This is the second time that director Oren Moverman has worked with Woody Harrelson and Ben Foster with the previous being "The Messenger" (2009), which received an acting nomination for Woody Harrelson and a writing nomination for Oren Moverman. Oren Moverman deserves a screenplay nomination for his skill in weaving in-between the personal life of Officer Brown and still showing the corrupt nature of being an officer. Woody Harrelson was brilliant in the complex role and deserving of a nomination as well. I am not sure if this film counts towards the 2011 or the 2012 award season, but it is certainly a 5 Quack film.

Due Date

As the follow-up to "Hangover", director Todd Phillips attempts to provide an updated version of "Planes, Trains and Automobiles". However, with such high expectations the result is a mediocre R-rated comedy.

The film is really a two-man show with the high-strung father-to-be Peter Highman (Robert Downey Jr.), an architect with anger management problems, and aspiring actor Ethan Tremblay (Zach Galifianakis). Through the rudeness of Peter and the destructive nature of Ethan, they find themselves on the "no fly list" and are forced to ride from Atlanta to Los Angeles with on a road trip in order to make it home in time to see Peter's wife Sarah (Michelle Monaghan) and the birth of their child.

Peter is your typical business traveler that only had intentions of a quick trip and is ill-prepared for the events that take place when he leaves his wallet on the plane after being escorted by the air marshal. Ethan is a strangely effeminate, bearded wannabe actor that carries his masturbating dog in a purse. With no money, Peter is forced to tag along with Ethan for the journey back home.

The guest appearances are necessary to keep whatever momentum the film has to continue moving. Danny McBride as a handy-capable Western Union employee with reservations at Chili's. Juliette Lewis as a medicinal marijuana dealer. Jamie Foxx as the best friend Darryl, helps save the day by providing transportation just when things look to be at their lowest point. In a less literal way, Jamie Foxx also saves the movie from the irritating, over the top, jokes that the audience has been abused with. However, I wonder why Peter didn't call Darryl earlier.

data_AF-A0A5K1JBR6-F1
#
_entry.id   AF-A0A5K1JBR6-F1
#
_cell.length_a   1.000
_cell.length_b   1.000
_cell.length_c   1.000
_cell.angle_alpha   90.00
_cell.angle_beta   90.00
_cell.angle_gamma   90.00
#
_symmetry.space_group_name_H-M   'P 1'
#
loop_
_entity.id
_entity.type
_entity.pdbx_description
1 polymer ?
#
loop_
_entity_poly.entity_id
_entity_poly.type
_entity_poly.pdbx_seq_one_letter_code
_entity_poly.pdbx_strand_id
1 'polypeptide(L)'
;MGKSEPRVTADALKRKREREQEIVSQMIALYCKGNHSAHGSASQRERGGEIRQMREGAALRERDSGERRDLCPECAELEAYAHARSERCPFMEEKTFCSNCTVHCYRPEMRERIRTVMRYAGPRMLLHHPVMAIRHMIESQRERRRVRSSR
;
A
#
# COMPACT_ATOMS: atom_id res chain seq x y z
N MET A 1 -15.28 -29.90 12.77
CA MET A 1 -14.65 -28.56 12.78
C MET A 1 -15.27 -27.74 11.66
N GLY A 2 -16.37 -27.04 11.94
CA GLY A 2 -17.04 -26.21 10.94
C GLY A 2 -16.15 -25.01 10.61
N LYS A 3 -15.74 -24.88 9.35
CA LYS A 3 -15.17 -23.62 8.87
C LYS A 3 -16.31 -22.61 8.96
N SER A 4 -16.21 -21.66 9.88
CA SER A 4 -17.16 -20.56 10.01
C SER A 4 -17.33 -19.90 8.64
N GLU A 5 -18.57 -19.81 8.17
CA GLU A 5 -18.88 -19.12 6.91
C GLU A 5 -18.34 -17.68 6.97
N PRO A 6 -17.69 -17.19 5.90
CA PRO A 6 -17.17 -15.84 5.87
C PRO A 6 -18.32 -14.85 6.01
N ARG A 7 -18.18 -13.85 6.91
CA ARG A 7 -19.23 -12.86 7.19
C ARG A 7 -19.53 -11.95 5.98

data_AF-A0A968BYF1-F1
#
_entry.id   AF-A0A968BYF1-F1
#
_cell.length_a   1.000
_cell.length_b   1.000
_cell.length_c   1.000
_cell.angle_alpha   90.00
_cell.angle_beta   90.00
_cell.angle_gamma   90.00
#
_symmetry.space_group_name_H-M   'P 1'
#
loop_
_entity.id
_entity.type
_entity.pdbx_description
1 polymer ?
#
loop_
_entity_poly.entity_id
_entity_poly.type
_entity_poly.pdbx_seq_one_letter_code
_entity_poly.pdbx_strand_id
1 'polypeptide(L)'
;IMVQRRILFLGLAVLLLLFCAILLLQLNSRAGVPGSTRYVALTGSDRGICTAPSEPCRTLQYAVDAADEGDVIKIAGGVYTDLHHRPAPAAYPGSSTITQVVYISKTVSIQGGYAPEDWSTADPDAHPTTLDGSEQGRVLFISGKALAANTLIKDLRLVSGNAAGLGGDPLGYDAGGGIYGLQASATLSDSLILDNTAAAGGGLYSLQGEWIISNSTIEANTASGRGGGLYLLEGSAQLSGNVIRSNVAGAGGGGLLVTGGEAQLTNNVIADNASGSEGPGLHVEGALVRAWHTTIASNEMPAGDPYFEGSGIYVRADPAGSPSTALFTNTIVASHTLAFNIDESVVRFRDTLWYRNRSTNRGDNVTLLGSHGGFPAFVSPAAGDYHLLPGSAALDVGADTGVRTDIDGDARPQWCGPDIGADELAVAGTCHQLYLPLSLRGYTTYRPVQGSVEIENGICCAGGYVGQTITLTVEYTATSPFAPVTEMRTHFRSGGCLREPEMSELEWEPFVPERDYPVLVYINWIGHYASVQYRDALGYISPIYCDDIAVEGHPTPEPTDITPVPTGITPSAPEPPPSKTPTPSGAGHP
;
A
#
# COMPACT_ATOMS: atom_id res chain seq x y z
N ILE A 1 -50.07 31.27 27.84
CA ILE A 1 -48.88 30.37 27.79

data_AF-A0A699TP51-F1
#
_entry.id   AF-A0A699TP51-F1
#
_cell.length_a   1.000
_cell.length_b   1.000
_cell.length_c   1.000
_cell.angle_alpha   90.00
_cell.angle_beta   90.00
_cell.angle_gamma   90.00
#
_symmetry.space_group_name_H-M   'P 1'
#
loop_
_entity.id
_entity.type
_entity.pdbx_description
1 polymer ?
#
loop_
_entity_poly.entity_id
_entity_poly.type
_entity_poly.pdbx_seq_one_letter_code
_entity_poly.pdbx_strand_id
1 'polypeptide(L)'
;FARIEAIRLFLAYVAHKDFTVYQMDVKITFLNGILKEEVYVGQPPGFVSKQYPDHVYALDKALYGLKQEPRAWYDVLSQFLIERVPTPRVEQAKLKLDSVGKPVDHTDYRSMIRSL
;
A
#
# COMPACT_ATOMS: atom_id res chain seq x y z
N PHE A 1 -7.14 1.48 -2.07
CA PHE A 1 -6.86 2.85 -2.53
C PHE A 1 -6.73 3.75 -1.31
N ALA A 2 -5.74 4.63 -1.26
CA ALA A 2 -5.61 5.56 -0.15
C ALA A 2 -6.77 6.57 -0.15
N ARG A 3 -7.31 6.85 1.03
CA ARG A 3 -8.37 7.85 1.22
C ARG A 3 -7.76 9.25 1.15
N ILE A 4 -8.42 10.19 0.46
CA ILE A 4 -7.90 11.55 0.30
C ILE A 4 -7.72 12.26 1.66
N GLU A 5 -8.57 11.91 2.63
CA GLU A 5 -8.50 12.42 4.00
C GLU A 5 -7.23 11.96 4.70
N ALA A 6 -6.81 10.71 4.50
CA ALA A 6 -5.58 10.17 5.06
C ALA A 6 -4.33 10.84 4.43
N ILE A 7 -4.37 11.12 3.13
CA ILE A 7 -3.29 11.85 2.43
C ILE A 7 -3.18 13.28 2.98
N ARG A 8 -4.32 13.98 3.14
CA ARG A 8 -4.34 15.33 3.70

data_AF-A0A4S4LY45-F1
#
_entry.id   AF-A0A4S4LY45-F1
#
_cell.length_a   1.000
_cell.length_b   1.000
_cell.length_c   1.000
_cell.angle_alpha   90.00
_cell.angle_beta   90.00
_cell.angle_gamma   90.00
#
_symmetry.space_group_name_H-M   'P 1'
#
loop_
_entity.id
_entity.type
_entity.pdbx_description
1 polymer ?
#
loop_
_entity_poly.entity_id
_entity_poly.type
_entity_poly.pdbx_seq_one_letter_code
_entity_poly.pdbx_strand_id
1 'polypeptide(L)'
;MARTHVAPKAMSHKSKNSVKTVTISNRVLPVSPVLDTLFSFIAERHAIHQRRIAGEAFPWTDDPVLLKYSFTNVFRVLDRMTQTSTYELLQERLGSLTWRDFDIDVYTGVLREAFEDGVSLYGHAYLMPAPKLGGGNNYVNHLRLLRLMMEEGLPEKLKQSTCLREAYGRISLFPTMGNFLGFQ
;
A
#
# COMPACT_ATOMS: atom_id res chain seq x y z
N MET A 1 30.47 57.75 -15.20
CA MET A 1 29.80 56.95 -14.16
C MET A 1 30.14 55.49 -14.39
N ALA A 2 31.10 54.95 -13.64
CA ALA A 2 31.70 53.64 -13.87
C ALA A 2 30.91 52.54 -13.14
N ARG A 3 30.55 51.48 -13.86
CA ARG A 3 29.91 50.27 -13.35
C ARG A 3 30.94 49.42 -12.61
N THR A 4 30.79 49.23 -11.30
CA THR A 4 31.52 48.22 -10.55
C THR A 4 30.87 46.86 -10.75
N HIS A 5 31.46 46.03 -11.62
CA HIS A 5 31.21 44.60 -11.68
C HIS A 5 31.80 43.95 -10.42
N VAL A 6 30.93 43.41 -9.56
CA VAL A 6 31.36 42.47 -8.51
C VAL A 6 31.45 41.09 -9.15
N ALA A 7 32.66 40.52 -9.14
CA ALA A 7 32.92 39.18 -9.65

In the end the film made me go out and find a copy of "Plane, Trains and Automobiles", because it was so much better with Steve Martin and John Candy. Perhaps it is because both are/were true comedians as compared to the dry stylings of Robert Downey Jr. and the zany Zach Galifianakis. Most of the jokes work, but in the end you are ready for it to be over, which isn't a good way to leave a film and cause for me to drop the rating down to only 2 Quacks.

It's Kind of a Funny Story

"It's Kind of A Funny Story" (2010) is a film based on the novel of the same title written by Ned Vizzini and was adapted for the screenplay by the team of Ryan Fleck and Anna Boden who also worked together on "Half Nelson" (2006) and "Sugar" (2008). Ned Vizzini is a talented Young Adult writer that writes with an edge of personal experience focusing on a teen protagonist that struggles with self-identity.

The film is about Craig (Keir Gilchrist) who is filled with teen angst, and is struggeling between the ideal that his parents (Jim Gaffigan and Lauren Graham) have for him and what he wants for himself. Craig is looking for a quick way to escape from the pressures of being a youth that is scared about his future, his parents and a crush on a girl (Zoe Kravitz). Looking for a quick fix with medication, he finds himself in an adult psychiatric ward and a minimum observation period of five days. He meets people that help him realize that he doesn't have to be afraid of being himself. Craig meets Bobby (Zack Galifianakis), who is hiding from his own life, and an attractive teenage girl his age, Noelle (Emma Roberts), that is a cutter. It is through the interactions with the others in the psych ward that Craig comes to the realization that he still has a lot to work out and deal with, but he also has plenty to live for.

It was fun to see Zack Galifianakis outside of a comedy like "Hangover" or "Due Date" (2010). Even though he provides the comic relief to the film, he also offers some poignant moments in the development of the story and shows a small amount of maturity not usually seen in his films. Emma Roberts continues to be the "it girl" that is on the cusp of growing up and taking on more serious roles, but is doing well with the complicated girl role as she followed up with "the Art of Getting By" (2011). Keir Gilchrist is a quirky young actor that even though is the center of the film is quietly in the background of better performances. Even the smaller performances from Viola Davis and Jeremy Davies stand out as more memorable. I admit I am a fan of everything Viola Davis has done, including "The Help", and Jeremy Davies as Daniel Faraday in "Lost".

The Bob Dylan quote in the film "He not busy being born is dying" is very important to the growth of all of the characters in the film, and is a reminder to the audience to continue working towards the things you want in life. The film is a refreshingly different type of a teen movie that is about young adults and their day-to-day life as compared to the insultingly simple sex comedy. Certainly a 4 Quack film that I wish I saw in the theater.